Paigham-i-Goya: An Expression of Love

Ghazal Twelve, Divan-i-Goya

Wednesday
,
19
May
2021

Paigham-i-Goya: An Expression of Love

Ghazal Twelve, Divan-i-Goya

Wednesday
,
19
May
2021
bhainandlal
persian
ghazal
sikhism
gurugobindsingh

Paigham-i-Goya: An Expression of Love

Ghazal Twelve, Divan-i-Goya

Wednesday
,
19
May
2021
bhainandlal
persian
ghazal
sikhism
gurugobindsingh
A new translation and brief essay on the twelfth ghazal from Bhai Nand Lal’s Divan-i-Goya.

Translation

Tonight one may proceed to gaze upon the Beloved’s face,
Towards the one who is mysteriously merciless towards the lover.

Although it is impossible to arrive at the lane of love,
One may walk towards the gallows in the footsteps of Mansur.

Oh heart, if you don’t desire to go to a seminary,
You may proceed towards a wine-house once.

As your love has made my imagination the envy of a blooming garden,
Why may one proceed towards the garden then?

Oh heart, since you are aware of divine secrets,
I can proceed within myself, oh treasure of secrets.

A hundred paradisiacal gardens have bloomed in the house.
Goya: why should one proceed elsewhere?

Transliteration

Imshab beh tamāshāy-i rukh-i yār tavān raft
Sūy-i but-i āshiq kush-i 'ayyar tavān raft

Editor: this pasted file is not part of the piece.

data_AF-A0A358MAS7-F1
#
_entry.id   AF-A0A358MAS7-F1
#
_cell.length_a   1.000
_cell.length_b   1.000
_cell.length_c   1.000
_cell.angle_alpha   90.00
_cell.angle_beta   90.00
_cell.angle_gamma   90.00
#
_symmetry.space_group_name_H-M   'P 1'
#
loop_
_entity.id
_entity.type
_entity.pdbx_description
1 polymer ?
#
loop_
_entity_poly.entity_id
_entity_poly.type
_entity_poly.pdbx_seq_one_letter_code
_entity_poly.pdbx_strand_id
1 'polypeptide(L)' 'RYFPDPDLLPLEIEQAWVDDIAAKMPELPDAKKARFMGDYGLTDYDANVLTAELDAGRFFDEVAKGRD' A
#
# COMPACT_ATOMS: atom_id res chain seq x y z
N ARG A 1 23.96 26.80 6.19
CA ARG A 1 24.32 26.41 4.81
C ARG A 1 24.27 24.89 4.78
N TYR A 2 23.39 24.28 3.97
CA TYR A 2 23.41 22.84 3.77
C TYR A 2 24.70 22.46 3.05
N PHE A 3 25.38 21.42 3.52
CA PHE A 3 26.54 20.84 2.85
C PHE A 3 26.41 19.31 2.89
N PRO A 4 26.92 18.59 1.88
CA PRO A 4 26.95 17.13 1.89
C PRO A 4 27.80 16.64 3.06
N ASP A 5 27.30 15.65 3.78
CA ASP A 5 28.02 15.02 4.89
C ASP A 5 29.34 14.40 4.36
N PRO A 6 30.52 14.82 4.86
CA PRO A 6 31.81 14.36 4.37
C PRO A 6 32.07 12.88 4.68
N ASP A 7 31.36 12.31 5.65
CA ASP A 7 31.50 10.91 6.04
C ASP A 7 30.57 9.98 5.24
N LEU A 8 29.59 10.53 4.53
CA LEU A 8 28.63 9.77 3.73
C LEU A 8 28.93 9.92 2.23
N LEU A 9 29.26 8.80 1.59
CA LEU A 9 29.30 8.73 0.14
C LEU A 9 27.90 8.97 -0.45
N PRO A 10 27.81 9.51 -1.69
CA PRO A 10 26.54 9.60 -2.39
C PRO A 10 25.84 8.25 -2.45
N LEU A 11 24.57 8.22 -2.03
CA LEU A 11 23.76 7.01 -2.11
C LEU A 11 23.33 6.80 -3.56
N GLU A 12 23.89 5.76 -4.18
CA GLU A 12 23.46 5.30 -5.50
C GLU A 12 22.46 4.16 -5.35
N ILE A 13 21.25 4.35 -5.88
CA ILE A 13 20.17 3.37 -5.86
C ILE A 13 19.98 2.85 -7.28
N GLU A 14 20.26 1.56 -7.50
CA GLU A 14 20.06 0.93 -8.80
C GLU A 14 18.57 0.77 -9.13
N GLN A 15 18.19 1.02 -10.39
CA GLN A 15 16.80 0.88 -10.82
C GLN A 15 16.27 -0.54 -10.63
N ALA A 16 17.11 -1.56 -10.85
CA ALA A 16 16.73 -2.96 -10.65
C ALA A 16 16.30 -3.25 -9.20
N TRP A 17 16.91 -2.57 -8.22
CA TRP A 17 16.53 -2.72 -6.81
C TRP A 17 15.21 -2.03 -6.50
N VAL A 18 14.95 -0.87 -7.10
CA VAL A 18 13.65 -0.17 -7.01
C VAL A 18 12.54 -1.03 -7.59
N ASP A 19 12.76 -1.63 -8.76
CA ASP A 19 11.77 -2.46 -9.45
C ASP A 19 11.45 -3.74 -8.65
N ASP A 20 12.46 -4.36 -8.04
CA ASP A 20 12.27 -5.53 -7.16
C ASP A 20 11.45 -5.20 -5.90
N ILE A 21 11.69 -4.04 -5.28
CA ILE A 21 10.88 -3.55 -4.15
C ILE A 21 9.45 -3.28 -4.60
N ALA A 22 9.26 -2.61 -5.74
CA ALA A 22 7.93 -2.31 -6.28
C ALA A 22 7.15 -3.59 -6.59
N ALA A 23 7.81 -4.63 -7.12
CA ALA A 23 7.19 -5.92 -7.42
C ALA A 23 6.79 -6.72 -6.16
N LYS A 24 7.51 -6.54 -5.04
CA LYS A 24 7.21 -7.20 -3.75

Dar kūcheh-yi ishq archeh muhāl ast rasīdan
Mansūr sifat bā qadam-i dār tavān raft

Ai dil beh sūyi madraseh gar mail nadārī
Bārī beh sūyi khāneh-i khammār tavān raft

Chūn khātiram az ishq-i tō shud rashk-i gulistān
Behūdeh chirā jānab-i gulzār tavān raft

Ai dil chū shudī vāqif-i asrār-i ilāhī
Dar sīneh am ai makhzan-i asrār tavān raft

Sad rōzeh-yi rizvān ast chū dar khāneh shagufteh
Gōiā beh cheh sū-yi dar ō dīvār tavān raft

Gurmukhi

ਇਮਸ਼ਬ ਬਹੇ ਤਮਾਸ਼ਾਇ ਰੁਖਿ ਯਾਰ ਤਵਾਨ ਰਫ਼ਤ ।
ਸੂਇ ਬੁਤਿ ਆਸ਼ਕ ਰੁਸ਼ਿ ਅੱਯਾਰ ਤਵਾਨ ਰਫ਼ਤ ॥

ਦਰ ਕੂਚੇਹਇ ਇਸ਼ਕ ਅਰਚੇਹ ਮੁਹਾਲ ਅਸਤ ਰਸੀਦਨ ।
ਮਨਸੂਰ ਸਿਫ਼ਤ ਬਾ ਕਦਮਿ ਦਾਰ ਤਵਾਨ ਰਫ਼ਤ ॥

ਐ ਦਿਲ ਬੇਹ ਸੂਇ ਮਦਰਸੇਹ ਗਰ ਮੈਲ ਨਦਾਰੀ ।
ਬਾਰੀ ਬੇਹ ਸੂਇ ਖ਼ਾਨੇਹਇ ਖ਼ੱਮਾਰ ਤਵਾਨ ਰਫ਼ਤ ॥

ਚੂਨ ਖਾਤਰਮ ਅਜ਼ ਅਸ਼ਕਿ ਤੋ ਸ਼ੁਦ ਰਸ਼ਕਿ ਗੁਲਿਸਤਾਨ ।
ਬੇਹੂਦੇਹ ਚਿਰਾ ਜਾਨਬਿ ਗੁਲਜ਼ਾਰ ਤਵਾਨ ਰਫ਼ਤ ॥

ਐ ਦਿਲ ਚੂ ਸ਼ੁਦੀ ਵਾਕਫ਼ਿ ਅਸਰਾਰਿ ਇਲਾਹੀ ।
ਦਰ ਸੀਨੇਹਇ ਅਮ ਮਖ਼ਜ਼ਾਨਿ ਅਸਰਾਰ ਤਵਾਨ ਰਫ਼ਤ ॥  

ਸਦ ਰੋਜ਼ੇਹਇ ਰਿਜ਼ਵਾਨ ਅਸਤ ਚੂ ਦਰ ਖ਼ਾਨੇਹ ਸ਼ਗੁਫ਼ਤੇਹ ।
ਗੋਇਆ ਬੇਹ ਚੇਹ ਸੂਇ ਦਰੋ ਦੀਵਾਰ ਤਵਾਨ ਰਫ਼ਤ ॥

Persian

امشب به تماشای رخ یار توان رفت
سوی بتِ عاشق کشِ عیار توان رفت

در کوچه عشق ارچه محال است رسیدن
منصور صفت با قدم دار توان رفت

ای دل به سوی مدرسه گر میل نداری!
باری به سوی خانه خمار توان رفت

چون خاطرم از عشق تو شد رشکِ گلستان
بیهوده چرا جانب گلزار توان رفت

ای دل چو شدی واقف اسرار الهی
در سینه ام ای مخزنِ اسرار توان رفت

صد روضه رضوان است چو در خانه شگفته
گویا به چه سوی در و دیوار توان رفت

Commentary

Ghazal 12 from Bhai Nand Lal’s Divan-i-Goya emphasizes movement. In this ghazal, Goya contemplates the various journeys one may take to reach the divine. The repeating phrase at the end of each couplet is “tavān raft” (توان رفت) which can be translated as “one may proceed towards” or “one may go.” This phrase suggests that one is proceeding towards a destination, and each couplet in this ghazal elaborates what this destination may be. Further, in the original Persian, this phrase implies permission or possibility. It is not an injunction or definitive prescription but rather an invitation to move towards something.